A passenger accidentally released a small canister of pepper spray on a taxiing United flight, just before taking off from a Florida Airport!
The incident happened last Monday afternoon, local time, in Southwest Florida International Airport (Fort Myers, KRSW). Passengers had already boarded the aircraft, a Boeing 737-900ER. Their destination was Newark (NEWR), on flight UAL1061. The aircraft had left the gate and was taxiing for take-off, when a passenger released a pepper spray on board. The man apparently did so by mistake.
Many passengers had started coughing on the aircraft, before anyone could understand what was happening. A passenger commented that it was a stressful moment. Even those who had not yet smelled the released pepper spray looked on nervously at those coughing, thinking of Covid-19! Eventually the owner of the canister exclaimed that he accidentally bumped it, while he was sat down.
From passenger descriptions, it appears that the man who released the pepper spray was sitting in the front row, right by the exit. The device he had was part of his key-chain. The aircraft had to taxi back to the gate. While pepper sprays are legal to own in the United States, they are not allowed on board aircraft! Their owners can also face prosecution if they use them without a genuine provocation, even accidentally.
Effects Of The Released Pepper Spray In The Cabin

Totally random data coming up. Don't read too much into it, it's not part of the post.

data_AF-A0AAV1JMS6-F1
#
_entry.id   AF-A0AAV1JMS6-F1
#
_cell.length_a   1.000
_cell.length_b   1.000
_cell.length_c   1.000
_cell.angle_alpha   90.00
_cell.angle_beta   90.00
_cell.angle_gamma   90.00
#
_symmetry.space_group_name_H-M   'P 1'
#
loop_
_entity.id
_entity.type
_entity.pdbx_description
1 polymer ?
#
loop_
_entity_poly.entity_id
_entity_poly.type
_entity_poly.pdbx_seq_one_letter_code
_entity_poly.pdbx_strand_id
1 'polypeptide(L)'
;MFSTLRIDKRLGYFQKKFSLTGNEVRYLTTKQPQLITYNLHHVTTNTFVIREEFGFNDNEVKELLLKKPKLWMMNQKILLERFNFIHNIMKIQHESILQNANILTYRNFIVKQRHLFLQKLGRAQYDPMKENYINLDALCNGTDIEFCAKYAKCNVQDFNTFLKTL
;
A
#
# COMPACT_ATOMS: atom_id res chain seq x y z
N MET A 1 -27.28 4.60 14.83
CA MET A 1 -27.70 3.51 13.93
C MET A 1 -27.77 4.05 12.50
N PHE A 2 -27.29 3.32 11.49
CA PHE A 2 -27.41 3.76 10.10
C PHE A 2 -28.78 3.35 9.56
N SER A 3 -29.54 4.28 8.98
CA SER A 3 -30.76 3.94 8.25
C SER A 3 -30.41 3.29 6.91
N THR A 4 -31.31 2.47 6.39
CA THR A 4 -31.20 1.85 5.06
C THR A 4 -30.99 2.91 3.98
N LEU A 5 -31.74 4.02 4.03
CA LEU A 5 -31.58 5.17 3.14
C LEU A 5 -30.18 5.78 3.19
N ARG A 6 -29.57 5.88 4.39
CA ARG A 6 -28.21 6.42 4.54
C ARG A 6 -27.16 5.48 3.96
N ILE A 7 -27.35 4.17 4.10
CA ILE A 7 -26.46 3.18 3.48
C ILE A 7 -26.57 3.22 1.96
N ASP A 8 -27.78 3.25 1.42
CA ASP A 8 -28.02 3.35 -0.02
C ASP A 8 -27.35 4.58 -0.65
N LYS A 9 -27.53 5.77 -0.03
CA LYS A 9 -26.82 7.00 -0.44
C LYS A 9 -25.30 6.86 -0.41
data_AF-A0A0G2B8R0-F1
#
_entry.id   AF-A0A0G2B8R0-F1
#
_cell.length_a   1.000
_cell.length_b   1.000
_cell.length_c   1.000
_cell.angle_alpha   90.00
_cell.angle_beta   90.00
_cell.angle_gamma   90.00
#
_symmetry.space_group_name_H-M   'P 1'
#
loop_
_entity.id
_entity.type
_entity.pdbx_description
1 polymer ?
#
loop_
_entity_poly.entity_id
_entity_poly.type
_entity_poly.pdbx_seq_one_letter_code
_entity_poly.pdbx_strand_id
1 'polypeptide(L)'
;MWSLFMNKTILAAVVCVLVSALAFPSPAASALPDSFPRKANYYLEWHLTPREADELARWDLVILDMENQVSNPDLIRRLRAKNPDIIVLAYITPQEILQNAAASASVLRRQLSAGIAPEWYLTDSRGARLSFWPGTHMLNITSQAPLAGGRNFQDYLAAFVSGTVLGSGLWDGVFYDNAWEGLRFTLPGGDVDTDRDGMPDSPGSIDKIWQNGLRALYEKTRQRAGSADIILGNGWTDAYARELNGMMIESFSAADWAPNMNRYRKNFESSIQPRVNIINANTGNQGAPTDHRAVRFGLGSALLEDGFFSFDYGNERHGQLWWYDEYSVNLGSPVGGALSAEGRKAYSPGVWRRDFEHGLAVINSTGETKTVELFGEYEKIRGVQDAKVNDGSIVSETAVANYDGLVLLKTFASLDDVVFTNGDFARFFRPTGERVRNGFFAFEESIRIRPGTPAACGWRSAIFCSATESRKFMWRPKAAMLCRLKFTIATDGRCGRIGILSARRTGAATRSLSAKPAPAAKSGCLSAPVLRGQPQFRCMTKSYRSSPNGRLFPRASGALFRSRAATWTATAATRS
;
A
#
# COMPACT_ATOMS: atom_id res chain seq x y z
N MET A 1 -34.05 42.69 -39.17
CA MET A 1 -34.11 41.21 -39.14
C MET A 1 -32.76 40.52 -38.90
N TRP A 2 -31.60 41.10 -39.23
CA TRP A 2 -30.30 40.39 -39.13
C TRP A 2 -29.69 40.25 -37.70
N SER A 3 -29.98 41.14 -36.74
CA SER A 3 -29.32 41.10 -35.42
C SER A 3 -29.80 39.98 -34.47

Understandably, other passengers felt the effects of the released pepper spray. As we have seen, ventilation in airliners can filter the air in the cabin very quickly. But pepper sprays work by releasing capsaicin, in a way that makes it linger on surfaces. Capsaicin is the same stuff you get from eating chilli peppers. The material also sees use as a localized pain relieving substance, for sports injuries.
After the incident, United Airlines released the following statement:
“On Monday, United flight 1061 from Fort Myers, Florida to Newark, NJ returned to the gate due to a disruptive incident involving a customer prior to take off. Soon after, the flight safely departed for Newark.“
But when the aircraft returned to the gate, the man who released the pepper spray wasn’t the only one leaving the plane. At least two other passengers had to leave. A couple, one of whom had a history of asthma, decided they needed to go. They later complained that the airline did not help accommodate them on a different flight, or a hotel.
It is not clear if the man deliberately sneaked his pepper spray past the TSA agents. Whatever his intentions, the agents didn’t spot it. After the incident, TSA management at the airport gave its agents additional on-the-spot training, regarding pepper sprays and similar devices. And as we saw, TSA in general are looking to hire more staff in the upcoming months.
The flight eventually left the ground at 2:25pm, a delay of over two hours. However there had been some delay even before this incident. The aircraft made back some of that time, on an otherwise uneventful flight to Newark.
Spyros Georgilidakis has degrees in Business Enterprise and Management. He has 14 years of experience in the hospitality and travel industries, along with a passion for all-things-aviation and travel logistics. He is also an experienced writer and editor for on-line publications, and a licensed professional drone pilot.